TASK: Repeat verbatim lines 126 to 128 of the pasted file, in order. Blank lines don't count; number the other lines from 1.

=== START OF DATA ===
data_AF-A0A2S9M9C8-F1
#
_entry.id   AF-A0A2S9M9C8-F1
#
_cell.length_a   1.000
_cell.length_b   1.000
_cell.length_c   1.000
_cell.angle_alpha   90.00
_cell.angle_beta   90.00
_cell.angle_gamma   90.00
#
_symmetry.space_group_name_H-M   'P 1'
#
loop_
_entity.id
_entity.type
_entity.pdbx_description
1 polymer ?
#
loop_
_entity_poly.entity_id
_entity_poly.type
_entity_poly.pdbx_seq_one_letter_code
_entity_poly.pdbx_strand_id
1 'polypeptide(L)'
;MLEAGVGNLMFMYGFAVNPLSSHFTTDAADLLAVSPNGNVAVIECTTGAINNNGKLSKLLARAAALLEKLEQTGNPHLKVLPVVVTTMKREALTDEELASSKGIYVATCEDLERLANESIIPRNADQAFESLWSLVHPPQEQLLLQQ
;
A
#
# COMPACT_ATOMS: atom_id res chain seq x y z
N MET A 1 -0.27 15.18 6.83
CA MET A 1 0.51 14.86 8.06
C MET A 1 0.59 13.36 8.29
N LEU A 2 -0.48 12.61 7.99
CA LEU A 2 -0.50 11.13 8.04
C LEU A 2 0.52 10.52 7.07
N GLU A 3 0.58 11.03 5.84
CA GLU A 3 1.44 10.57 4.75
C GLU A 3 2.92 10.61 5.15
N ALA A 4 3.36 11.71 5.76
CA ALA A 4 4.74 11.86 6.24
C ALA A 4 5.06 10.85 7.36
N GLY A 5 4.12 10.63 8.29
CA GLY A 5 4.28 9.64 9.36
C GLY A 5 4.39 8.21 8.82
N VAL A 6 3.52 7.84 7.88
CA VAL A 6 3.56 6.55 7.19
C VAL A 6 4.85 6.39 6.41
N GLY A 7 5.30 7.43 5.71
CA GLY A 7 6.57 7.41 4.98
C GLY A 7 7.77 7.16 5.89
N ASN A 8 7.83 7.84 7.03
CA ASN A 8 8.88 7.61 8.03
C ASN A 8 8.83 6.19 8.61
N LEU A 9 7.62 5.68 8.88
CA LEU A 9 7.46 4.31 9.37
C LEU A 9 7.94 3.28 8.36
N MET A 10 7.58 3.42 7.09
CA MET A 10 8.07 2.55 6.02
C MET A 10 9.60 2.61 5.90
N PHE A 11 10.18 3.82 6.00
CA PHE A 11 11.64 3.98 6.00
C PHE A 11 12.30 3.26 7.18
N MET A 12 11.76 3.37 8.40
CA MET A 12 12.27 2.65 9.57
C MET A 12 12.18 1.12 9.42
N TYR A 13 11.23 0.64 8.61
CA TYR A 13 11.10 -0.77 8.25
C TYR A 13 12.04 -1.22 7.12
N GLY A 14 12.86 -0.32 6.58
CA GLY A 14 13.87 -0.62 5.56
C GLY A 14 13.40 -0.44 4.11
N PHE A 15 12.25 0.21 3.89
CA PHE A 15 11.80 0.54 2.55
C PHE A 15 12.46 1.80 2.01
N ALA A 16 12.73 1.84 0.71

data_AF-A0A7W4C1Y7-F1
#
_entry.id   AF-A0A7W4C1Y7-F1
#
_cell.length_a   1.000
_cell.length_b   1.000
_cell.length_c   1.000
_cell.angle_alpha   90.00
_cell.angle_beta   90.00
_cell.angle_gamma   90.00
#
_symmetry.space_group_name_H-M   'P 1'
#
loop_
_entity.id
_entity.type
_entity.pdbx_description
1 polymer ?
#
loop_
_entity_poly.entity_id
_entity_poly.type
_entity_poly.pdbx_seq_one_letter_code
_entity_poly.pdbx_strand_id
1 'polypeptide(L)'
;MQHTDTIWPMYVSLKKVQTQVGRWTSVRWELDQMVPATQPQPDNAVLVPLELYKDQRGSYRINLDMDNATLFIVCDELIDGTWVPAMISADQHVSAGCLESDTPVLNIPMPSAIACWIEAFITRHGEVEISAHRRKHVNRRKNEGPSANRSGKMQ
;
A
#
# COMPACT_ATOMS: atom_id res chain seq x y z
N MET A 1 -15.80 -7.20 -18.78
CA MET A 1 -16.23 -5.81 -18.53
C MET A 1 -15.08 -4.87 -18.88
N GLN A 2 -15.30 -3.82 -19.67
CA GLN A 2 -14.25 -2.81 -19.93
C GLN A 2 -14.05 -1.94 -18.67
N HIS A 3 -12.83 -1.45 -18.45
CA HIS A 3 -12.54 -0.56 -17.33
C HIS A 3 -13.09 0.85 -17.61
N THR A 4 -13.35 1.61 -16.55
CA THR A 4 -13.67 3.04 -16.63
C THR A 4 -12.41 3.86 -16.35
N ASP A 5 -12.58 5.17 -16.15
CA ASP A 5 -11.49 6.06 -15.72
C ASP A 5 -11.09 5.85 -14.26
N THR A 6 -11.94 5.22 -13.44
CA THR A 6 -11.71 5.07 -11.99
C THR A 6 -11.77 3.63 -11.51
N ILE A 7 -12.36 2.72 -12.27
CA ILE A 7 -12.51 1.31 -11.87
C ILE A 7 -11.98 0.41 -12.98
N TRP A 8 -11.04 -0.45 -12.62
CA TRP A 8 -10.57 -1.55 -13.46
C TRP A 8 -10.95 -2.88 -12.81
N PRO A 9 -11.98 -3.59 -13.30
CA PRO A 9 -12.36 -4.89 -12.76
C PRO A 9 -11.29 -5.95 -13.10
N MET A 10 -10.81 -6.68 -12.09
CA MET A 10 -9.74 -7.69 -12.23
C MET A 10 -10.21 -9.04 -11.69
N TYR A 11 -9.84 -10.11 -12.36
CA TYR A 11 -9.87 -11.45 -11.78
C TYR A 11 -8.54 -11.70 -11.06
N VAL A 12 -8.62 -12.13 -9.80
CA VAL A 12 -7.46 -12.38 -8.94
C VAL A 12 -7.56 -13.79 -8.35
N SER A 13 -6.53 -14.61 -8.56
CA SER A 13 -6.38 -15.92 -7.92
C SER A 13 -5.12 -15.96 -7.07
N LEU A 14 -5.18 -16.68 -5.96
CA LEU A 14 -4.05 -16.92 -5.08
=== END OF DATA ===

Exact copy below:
CA ILE A 7 -12.51 1.31 -11.87
C ILE A 7 -11.98 0.41 -12.98
N TRP A 8 -11.04 -0.45 -12.62